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Everything you need to know about King Princess, the queer pop-star you should be listening to by now

Fans have said that King Princess’ ‘Gay Energy’ could power an entire country.

kp Source: Youtube

KNOWN BY THE stage name King Princess, Mikeala Straus is a 20-year-old singer-songwriter, multi-instrumentalist and producer from Williamsburg in Brooklyn, NYC. 

Although she has yet to release a full length album, her fans include Harry Styles and Mark Ronson – which is pretty impressive, to say the least. But who is King Princess? Why does everybody on the internet love her? And why does it feel so hard to keep up with the music that the kids like these days? Are you really that old? 

Anyway, Straus was born in 1998 and grew up in the recording studio owned by her father, Oliver Straus. Having spent her entire life surrounded by instruments and high-profile recording artists, it was really only a matter of time until Straus began a music career of her own. According to the Boston Globe, she was offered her first record deal at the age of 11, but she turned it down to focus on education, presumably because her family had no doubt that there’d be plenty more opportunities like this down the line. 

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pickle dinner

A post shared by miss king (@kingprincess69) on

As a result of her upbringing, she’s a natural at this whole music thing. In a recent interview, SiriusXM mentioned how unusual it was that Lorde wanted to write and produce her entire album, as a young female artist. King Princess replied:

It’s unusual until you make it usual, I think. It’s kinda like – to a certain extent – it’s like getting down to it and learning the programs, you have to be competent unless you’re extremely confident in vocals, you have to be very competent on Ableton or Protools or whatever the fuck you work in. You need to know what you want your music to sound like to be in a room with men and maintain a female voice throughout the whole process, which is what I feel like I have found. 

Source: SiriusXM/YouTube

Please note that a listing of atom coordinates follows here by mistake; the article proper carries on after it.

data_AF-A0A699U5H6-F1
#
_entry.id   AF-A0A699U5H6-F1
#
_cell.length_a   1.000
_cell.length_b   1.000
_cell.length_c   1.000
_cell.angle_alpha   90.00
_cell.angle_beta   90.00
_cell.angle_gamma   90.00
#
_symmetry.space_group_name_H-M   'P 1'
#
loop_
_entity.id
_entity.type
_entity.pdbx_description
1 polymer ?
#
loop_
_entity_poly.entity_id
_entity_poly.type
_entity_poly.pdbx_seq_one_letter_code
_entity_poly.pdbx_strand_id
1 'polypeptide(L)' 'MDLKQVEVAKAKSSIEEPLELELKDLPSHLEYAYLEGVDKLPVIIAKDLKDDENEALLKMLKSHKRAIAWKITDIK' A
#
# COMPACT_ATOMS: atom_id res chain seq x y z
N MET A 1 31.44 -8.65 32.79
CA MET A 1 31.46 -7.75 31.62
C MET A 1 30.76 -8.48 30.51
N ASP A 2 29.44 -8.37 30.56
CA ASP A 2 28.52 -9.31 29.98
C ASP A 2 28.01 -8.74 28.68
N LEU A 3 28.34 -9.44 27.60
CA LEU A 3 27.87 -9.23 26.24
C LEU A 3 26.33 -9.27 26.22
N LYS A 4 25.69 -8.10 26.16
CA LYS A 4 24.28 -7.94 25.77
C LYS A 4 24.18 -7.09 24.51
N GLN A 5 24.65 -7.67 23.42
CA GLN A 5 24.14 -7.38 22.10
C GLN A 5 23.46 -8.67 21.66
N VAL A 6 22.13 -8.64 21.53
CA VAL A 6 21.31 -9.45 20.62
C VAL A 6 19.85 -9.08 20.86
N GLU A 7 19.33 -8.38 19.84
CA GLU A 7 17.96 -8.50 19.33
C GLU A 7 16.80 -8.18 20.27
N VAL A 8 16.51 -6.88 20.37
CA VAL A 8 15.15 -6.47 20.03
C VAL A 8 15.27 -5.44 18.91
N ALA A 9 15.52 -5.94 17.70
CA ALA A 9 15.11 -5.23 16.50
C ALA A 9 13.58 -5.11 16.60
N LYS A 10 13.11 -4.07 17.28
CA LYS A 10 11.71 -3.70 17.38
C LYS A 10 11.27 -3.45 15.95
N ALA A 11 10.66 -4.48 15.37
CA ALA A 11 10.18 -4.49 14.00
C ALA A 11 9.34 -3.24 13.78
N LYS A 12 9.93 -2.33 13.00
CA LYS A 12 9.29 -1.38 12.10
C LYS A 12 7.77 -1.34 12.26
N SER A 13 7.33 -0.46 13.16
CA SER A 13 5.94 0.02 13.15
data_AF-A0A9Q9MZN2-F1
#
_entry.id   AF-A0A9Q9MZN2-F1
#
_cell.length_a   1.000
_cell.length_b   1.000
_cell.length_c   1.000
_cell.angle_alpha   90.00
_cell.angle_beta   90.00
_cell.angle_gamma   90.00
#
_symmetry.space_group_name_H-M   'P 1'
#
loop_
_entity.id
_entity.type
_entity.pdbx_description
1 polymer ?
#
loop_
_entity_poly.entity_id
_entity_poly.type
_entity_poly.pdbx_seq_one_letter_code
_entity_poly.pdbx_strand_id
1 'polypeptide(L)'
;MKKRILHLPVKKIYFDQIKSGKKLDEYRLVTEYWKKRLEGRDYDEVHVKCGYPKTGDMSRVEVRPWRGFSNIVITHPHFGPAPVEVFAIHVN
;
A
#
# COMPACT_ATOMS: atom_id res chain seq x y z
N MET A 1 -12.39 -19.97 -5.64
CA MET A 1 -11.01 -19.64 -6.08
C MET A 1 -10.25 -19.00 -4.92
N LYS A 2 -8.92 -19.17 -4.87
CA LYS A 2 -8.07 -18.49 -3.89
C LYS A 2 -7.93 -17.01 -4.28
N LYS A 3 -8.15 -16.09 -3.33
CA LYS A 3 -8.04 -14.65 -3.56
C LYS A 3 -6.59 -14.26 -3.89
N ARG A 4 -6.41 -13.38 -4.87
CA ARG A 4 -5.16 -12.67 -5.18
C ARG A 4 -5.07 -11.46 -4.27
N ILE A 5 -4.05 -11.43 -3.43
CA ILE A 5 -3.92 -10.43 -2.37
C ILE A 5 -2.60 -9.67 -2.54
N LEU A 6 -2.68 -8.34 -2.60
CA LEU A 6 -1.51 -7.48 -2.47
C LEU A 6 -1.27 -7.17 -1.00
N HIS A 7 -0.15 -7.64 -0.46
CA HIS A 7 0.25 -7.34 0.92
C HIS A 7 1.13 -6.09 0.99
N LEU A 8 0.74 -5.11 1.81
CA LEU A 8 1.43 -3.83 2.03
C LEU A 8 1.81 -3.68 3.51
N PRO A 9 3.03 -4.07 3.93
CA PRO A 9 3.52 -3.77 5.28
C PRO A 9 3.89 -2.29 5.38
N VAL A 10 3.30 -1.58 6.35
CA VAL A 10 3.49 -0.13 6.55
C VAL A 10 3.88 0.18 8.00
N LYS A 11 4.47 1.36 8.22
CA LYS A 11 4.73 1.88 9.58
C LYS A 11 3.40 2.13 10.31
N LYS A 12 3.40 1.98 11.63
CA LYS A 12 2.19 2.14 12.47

Apart from the writing and production side of things, what makes King Princess so special is the fact that everything she makes is so unapologetically queer. Look at the  music video for her heart-wrenching single Talia, which features her grieving the loss of a relationship while hanging out with a sex doll in a seedy motel room. 

Source: King Princess/YouTube

This unapologetic queerness is not necessarily executed in a “I’m not going to apologise for who I am” kind of way, but rather a “It didn’t even occur to me to apologise, because this is all very normal” kind of way – something that’s heartening to see because it’s indicative of the fact that we’re living in a period of history where, for the first time, there are queer people growing up feeling completely normal, accepted and free of shame.

That’s not to say that all young queer people feel like this – or even that most of them do. Things are still quite shit for young LGBTQ people and they have a completely different experience growing up than their heterosexual peers, but little by little, we’re making a better world for them.

PastedImage-95881 Source: Youtube

Comfortably dealing with queer themes in her songs with a natural effortlessness, it almost seems as though she’s emulating something had watched thousands of other artists do so before her, but in reality, that’s not the case. Straus is very quick to acknowledge (both in her songs and in interviews) that this was totally impossible for others in the past.

King Princess teamed up with Genius.com to explain some of the lyrics of the Carol-inspired song 1950 (which Harry Styles previously tweeted the lyrics of), and said that this song was written as an homage to the majority of queer history, when it was impossible to even exist in public, never mind openly show love and affection.  

Queer love was only able to exist privately for a long time, expressed in society through coded art forms. I wrote this song as a story of unrequited love in my own life, doing my best to acknowledge and pay homage to that part of history.